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An Interview With Fiction Writer Jonathan Franzen

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Online Only, posted 10.11.02

Less than a year after his third novel, The Corrections, was awarded the National Book Award for fiction, Jonathan Franzen is back with a new collection of nonfiction.

Earlier this month Farrar, Straus and Giroux published How To Be Alone, a collection of thirteen essays spanning nearly a decade, on topics as varied as Alzheimer's disease to the inauguration of a new president. Also included is the so-called "Harper's Essay," the author's 1996 lament about the state of the American novel (originally published in Harper's magazine) and Franzen's account of what it's like to be an Oprah-approved author.

Poets & Writers Magazine asked Franzen why he chose to call the new book How To Be Alone.

JF: I didn't want to take any of the titles of the essays for the title of the book because I had seen it for some time as an ensemble kind of book. To me the essays kind of all hang together. They were written in the same period and they all point in the same sort of direction. So I was flipping through [the essays] and I found, first of all, that the word "alone" just keeps appearing. And then one of the essays ended with the phrase "How to be alone." The sentence is: "The first lesson reading teaches is how to be alone." In general I feel like I'm engaged in these essays with the problem of individuality and just a sort of existential loneliness in a time of mass culture, the massively mediated experience, and somehow the solitude of both the writer and necessarily the reader is tied into my sense of how we get out of that mess.

P&W: In the the introduction to How To Be Alone you describe yourself as formerly "a very angry and theory-minded person." How are you different now?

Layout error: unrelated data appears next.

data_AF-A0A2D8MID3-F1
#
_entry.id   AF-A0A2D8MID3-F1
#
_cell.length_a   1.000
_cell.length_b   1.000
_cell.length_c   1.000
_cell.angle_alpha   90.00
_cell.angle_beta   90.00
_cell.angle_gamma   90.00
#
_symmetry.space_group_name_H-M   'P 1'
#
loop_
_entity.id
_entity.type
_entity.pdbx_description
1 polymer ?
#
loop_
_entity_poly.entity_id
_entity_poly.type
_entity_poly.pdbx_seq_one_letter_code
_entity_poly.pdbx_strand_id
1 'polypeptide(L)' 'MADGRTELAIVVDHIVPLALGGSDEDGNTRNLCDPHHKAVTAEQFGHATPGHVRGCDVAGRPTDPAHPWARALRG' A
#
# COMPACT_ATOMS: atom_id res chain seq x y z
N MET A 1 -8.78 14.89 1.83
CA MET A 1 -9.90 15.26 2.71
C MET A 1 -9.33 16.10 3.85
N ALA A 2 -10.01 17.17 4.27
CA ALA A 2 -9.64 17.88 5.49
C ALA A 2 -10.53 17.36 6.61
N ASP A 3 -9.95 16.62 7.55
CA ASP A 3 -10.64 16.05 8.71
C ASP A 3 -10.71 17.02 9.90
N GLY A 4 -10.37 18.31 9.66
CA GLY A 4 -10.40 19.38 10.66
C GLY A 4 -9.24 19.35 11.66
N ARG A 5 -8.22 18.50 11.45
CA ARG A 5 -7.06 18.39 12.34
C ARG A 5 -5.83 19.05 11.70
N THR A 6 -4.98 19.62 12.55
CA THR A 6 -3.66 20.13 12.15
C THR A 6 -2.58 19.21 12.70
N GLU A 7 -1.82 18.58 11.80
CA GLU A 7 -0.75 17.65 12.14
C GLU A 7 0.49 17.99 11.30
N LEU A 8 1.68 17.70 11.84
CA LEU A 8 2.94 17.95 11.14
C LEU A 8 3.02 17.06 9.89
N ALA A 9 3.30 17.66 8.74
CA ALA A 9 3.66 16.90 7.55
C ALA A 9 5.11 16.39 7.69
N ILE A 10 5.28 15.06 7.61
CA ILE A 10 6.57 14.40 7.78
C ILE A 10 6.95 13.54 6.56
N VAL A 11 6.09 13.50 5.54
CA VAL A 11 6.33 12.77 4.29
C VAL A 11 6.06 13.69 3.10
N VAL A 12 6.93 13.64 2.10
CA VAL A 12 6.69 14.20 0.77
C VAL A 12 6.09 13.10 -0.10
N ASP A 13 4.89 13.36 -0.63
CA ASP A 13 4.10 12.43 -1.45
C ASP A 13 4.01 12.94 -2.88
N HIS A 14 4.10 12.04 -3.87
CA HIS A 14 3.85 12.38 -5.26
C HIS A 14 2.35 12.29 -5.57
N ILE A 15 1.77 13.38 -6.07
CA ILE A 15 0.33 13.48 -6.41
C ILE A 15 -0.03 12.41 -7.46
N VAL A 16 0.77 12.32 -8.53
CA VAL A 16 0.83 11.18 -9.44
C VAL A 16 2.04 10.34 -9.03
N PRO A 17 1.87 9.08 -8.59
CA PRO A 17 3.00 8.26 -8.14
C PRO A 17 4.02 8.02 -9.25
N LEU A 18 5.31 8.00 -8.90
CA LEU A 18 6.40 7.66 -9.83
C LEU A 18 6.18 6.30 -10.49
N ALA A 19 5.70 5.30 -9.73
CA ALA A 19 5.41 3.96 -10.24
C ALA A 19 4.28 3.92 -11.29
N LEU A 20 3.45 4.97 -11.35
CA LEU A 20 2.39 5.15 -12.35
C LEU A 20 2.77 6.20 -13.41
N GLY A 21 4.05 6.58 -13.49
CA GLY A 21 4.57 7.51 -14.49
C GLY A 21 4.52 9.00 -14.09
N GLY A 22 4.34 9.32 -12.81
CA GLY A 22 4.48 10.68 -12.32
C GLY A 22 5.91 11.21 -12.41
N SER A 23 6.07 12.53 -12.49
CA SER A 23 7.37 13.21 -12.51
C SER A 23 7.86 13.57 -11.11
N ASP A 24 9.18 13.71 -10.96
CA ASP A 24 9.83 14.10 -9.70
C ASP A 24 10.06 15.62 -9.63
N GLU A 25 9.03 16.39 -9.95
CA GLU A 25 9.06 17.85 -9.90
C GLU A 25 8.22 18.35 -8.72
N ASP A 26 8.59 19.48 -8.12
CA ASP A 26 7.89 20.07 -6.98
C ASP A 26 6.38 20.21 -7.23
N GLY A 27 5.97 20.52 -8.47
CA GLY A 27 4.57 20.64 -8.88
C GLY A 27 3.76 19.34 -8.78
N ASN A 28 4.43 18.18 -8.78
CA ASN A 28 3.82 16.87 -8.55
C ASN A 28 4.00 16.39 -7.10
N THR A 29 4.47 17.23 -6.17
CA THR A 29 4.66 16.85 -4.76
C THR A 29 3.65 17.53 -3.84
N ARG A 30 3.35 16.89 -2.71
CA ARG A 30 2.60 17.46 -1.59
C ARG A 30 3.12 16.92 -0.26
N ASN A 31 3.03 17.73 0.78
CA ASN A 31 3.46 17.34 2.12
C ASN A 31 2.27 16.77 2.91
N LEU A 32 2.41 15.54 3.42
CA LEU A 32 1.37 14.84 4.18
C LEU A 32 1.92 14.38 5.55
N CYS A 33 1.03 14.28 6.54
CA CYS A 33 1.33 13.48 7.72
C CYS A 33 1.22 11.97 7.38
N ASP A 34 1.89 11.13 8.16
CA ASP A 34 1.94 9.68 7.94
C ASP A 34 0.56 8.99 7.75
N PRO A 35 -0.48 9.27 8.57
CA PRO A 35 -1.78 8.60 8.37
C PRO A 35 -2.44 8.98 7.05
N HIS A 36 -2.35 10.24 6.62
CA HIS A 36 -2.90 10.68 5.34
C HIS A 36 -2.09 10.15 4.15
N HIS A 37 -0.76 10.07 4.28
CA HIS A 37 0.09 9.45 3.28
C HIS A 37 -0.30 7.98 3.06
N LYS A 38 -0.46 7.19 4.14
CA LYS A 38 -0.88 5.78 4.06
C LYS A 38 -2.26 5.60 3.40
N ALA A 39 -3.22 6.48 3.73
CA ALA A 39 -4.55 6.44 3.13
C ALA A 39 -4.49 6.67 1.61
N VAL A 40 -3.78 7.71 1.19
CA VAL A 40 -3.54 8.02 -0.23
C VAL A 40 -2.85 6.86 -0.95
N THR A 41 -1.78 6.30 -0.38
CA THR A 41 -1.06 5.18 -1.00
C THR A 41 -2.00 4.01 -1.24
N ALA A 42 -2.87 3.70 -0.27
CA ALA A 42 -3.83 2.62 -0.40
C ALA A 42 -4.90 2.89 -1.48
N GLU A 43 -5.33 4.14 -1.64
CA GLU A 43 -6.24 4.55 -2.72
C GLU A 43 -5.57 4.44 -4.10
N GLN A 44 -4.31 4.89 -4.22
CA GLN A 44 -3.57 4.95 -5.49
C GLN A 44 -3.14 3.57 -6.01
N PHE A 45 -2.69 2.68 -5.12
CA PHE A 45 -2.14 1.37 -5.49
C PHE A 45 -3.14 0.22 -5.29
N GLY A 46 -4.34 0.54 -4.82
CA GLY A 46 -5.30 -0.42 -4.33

JF: Less angry, less theory-minded. [Laughs.] How am I now? Well, it would not really be appropriate for me to be so angry. I still find theory entertaining, but in my thirties I feel like I lost so much—both my parents, a marriage—that theory no longer seems of the essence when I think about my own life. The anger has over the years been replaced by a sense of gratitude and good fortune, and, of course, the last year has been so amazing with The Corrections that it would simply be inappropriate to be angry anymore. But even before that there was this moment of realization when I found that I was writing these really tricky pieces for The New Yorker and working on my novel and doing it exactly the way I wanted to, and I noticed that I had a perfectly nice apartment and made a living and was in good health and, like, what was I so angry at the country for? So [it was a function of] just getting older.

P&W: These essays reveal more of you as a person, your beliefs, your political views. How do you feel about that, revealing more of yourself to the public—your person?

JF: Well, I was trying for a long time to write my third novel in the first person voice, and felt a sense of artistic duty having written two third person novels to show that I could do a voice novel, a first person novel. I wasted a lot of time, more than a year all together trying to get that voice to work. As I was doing that I was starting to write these essays and many of them are written with the first person persona. And again, at a certain point I realized that I know how to do first person; I'm doing it in these essays. The mistake I think is to say, Oh, that's me speaking straight from the heart—that "I" there [in first person] is a rhetorical construction. It's a version of me. The novels are versions of me. The real private self is a much blurrier and messier and multivalent thing, and I don't think anyone who doesn't live with me really has any sense of who that might be. So it's a constructed self—perhaps in purely factual way a little bit more intimately exposed, but only in that narrow sense.

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